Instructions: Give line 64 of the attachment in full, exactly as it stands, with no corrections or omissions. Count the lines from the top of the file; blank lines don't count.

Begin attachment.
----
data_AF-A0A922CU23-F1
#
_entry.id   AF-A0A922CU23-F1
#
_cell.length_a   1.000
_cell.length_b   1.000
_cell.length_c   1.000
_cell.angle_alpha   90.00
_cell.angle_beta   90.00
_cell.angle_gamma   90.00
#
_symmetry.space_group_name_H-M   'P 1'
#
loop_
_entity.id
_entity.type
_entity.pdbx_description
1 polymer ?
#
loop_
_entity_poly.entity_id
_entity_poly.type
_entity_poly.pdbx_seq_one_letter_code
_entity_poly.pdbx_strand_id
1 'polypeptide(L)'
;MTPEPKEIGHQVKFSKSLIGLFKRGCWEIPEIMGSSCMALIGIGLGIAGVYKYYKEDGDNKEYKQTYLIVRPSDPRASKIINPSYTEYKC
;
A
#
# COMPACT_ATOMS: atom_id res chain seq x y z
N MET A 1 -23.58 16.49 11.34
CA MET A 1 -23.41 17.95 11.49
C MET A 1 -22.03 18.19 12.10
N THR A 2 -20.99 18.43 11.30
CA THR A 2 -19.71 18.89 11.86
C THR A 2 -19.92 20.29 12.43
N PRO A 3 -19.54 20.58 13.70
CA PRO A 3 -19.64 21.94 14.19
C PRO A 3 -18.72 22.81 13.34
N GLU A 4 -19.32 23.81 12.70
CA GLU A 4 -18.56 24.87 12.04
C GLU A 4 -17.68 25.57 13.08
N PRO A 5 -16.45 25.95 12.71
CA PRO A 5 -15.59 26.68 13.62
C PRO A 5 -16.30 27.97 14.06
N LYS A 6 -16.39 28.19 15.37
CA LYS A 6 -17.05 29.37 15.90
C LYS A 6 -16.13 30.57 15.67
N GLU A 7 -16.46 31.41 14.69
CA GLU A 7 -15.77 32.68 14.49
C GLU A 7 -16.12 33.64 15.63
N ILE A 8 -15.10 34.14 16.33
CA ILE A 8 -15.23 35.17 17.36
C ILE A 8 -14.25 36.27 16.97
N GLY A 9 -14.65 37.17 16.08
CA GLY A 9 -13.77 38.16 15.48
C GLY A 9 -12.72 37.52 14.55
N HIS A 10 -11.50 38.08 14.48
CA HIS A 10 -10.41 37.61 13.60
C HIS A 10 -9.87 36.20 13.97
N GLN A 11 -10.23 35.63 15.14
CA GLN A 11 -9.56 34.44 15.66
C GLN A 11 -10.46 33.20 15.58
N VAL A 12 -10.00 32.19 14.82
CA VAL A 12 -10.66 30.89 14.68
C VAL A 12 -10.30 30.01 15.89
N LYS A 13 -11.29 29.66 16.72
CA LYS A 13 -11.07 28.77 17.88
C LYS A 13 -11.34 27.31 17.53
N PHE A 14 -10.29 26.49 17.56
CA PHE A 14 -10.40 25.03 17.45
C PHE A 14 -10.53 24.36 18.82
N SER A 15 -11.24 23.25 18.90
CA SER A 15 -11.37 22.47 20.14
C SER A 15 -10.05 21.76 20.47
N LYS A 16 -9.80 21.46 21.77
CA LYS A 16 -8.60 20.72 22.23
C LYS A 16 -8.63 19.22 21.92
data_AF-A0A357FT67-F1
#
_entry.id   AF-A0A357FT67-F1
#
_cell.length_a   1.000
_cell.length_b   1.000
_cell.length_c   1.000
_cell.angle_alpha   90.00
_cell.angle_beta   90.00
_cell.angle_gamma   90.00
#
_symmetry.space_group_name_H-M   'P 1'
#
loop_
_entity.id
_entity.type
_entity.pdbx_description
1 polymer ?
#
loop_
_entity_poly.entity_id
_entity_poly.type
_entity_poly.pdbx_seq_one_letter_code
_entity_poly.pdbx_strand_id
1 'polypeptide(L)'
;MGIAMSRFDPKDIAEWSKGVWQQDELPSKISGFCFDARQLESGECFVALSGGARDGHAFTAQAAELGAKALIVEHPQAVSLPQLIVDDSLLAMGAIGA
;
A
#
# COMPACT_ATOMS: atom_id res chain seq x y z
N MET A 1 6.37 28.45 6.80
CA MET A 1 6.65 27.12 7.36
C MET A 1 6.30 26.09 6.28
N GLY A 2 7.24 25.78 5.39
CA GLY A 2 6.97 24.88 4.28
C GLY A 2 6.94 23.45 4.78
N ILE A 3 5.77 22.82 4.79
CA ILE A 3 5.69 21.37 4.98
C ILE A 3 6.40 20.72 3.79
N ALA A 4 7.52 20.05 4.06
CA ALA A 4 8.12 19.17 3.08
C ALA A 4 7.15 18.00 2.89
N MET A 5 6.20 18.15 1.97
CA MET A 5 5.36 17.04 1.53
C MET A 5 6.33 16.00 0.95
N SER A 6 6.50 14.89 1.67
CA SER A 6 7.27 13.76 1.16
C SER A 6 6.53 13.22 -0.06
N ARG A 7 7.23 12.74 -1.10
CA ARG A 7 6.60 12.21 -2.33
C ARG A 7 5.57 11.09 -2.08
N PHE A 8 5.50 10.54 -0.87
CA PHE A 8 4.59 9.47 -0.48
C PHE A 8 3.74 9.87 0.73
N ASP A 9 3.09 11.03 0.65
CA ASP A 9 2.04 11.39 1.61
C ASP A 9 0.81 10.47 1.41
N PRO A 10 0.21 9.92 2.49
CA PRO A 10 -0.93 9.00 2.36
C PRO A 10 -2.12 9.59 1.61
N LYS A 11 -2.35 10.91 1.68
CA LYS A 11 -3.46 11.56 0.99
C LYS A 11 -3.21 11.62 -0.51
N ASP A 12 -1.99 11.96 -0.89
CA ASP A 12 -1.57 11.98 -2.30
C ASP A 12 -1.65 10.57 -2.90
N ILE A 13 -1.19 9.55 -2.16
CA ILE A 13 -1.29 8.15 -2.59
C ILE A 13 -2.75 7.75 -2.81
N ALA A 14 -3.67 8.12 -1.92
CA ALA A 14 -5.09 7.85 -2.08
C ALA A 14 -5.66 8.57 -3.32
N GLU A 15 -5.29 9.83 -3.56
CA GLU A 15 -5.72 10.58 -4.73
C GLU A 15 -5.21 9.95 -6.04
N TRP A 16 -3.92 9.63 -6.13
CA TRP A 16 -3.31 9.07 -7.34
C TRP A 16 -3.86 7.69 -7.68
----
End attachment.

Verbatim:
N VAL A 12 -10.00 32.19 14.82